RESCUECOM Advises Customer to Take Advantage of Battery Recall

InsideBayArea.com Quotes David Milman on Faulty Batteries

Apple recalls 1.8 million Sony batteries in laptops
InsideBayArea.com
Date published 8/24/2006
FROM STAFF AND WIRE REPORTS:


Apple recalls 1.8 million Sony batteries in laptops

Apple Computer Inc. on Thursday recalled 1.8 million Sony-built notebook batteries that could overheat and catch fire, just 10 days after Dell Inc.'s record-setting recall involving the same problem and the same supplier. Apple said it has received nine reports of lithium-ion battery packs overheating, including two cases in which users suffered minor burns. There have been instances of minor property damage, Apple said.

"Mine gets so hot," said Rachel Zegart, a 19-year-old student at the California College of the Arts in Oakland. Zegart, who had not checked if her laptop was on the list, said the students on campus are very dependent on Apple Macintosh computer programs. "This school runs on Macs," she said.

Megan Vrolijk, 21, a visual arts student who uses her Apple laptop to edit video footage, agrees, adding that graphic design students should especially be concerned since they use the programs a lot.

Apple's announcement comes 10 days after Dell Inc.'s recall of 4.1 million faulty laptop batteries ? the largest involving electronics in the history of the U.S. Consumer Product Safety Commission.

Both companies' batteries were made by Sony Energy Devices Corp. of Japan.

In a statement, Sony said the problems arise "on rare occasions" when microscopic metal particles in the recalled battery cells hit other parts of the cell and lead to a short circuit.

"Both recalls really put a spotlight on Sony," said David A. Milman, founder and chief executive of Rescuecom Corp., a national computer repair and services company.

"People should know that lithuim-ion batteries are absolutely safe," he said, adding that the recalled batteries are just an isolated case involving metallic contamination during the manufacturing process.

Milman said that consumers should stop using the recalled batteries immediately and use a power cord instead. As of this week, only 150,000 users have taken advantage of the Dell recall. "That's less than 4 percent," he said. "You would expect more."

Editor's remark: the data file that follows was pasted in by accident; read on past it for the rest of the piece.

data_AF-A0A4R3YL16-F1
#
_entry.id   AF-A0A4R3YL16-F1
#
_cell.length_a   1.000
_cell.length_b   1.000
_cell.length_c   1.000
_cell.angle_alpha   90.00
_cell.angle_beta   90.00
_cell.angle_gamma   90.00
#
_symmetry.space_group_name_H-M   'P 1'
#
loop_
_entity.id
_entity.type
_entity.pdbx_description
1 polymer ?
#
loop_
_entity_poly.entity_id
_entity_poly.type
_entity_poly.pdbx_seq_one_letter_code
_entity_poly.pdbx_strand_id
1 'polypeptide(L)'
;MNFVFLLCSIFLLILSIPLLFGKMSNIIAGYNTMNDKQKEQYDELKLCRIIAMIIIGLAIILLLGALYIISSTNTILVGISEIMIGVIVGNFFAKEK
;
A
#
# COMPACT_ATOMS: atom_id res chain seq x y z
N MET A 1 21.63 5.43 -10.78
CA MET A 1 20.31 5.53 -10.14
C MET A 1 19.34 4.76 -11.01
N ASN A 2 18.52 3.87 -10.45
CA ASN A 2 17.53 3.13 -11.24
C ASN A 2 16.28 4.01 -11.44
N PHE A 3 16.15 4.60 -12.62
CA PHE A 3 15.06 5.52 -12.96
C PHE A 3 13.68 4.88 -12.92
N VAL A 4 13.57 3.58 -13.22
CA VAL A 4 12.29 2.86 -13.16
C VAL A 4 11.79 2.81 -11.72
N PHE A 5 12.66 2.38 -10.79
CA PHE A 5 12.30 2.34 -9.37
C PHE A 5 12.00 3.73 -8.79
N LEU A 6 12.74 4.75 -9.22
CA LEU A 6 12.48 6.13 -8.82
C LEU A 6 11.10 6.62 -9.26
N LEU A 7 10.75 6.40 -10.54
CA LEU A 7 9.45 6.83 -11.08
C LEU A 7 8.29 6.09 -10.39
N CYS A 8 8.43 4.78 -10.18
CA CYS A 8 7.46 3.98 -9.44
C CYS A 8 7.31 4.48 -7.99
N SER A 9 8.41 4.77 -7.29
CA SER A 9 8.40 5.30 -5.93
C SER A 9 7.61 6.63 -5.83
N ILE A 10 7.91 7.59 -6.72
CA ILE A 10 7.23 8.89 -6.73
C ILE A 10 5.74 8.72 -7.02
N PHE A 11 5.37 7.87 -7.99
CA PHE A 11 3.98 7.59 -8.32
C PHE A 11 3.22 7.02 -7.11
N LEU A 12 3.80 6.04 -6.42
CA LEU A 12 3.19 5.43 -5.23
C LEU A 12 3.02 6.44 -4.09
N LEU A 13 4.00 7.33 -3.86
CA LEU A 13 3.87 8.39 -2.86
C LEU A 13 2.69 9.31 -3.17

The recalls are expected to cost Sony between $172 million and $278 million.

Both Vrolijk and Zegart said they will continue to have faith in Apple products because of the Cupertino company's great customer service.

The recall was not expected to materially affect Apple's financial results, said spokesman Steve Dowling.

Apple shares rose 50 cents to $67.81 in Thursday trading on the Nasdaq Stock Market.

The latest recall covers 1.1 million rechargeable batteries in the 12-inch iBook G4, 12-inch PowerBook G4 and 15-inch PowerBook G4 laptops sold in the United States from October 2003 through August 2006. The recall also covers an additional 700,000 batteries in laptops sold abroad, according to the U.S. Consumer Product Safety Commission.

The Apple recall only affects laptops that run PowerPC chips built by IBM Corp. and Freescale Semiconductor Inc. It does not affect Apple's Intel Corp.-based models, including the MacBook and MacBook Pro.

Apple notebook owners were told to stop using the batteries and to remove them from their laptops. The machines can continue to be used as long as they're plugged into an AC power source.

Apple asked customers to consult a Web site (http://support.apple.com/batteryprogram) or call a toll-free hotline, 1-800-275-2273, to determine whether they have a battery that is covered by the recall. A free replacement will be shipped to affected customers.

Dell's recall covers about 14 percent of the Latitude, Inspiron, XPS and Precision notebooks sold between April 1, 2004, and July 18 of this year.

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The Associated Press and Correspondent Donna Tam contributed to this report.

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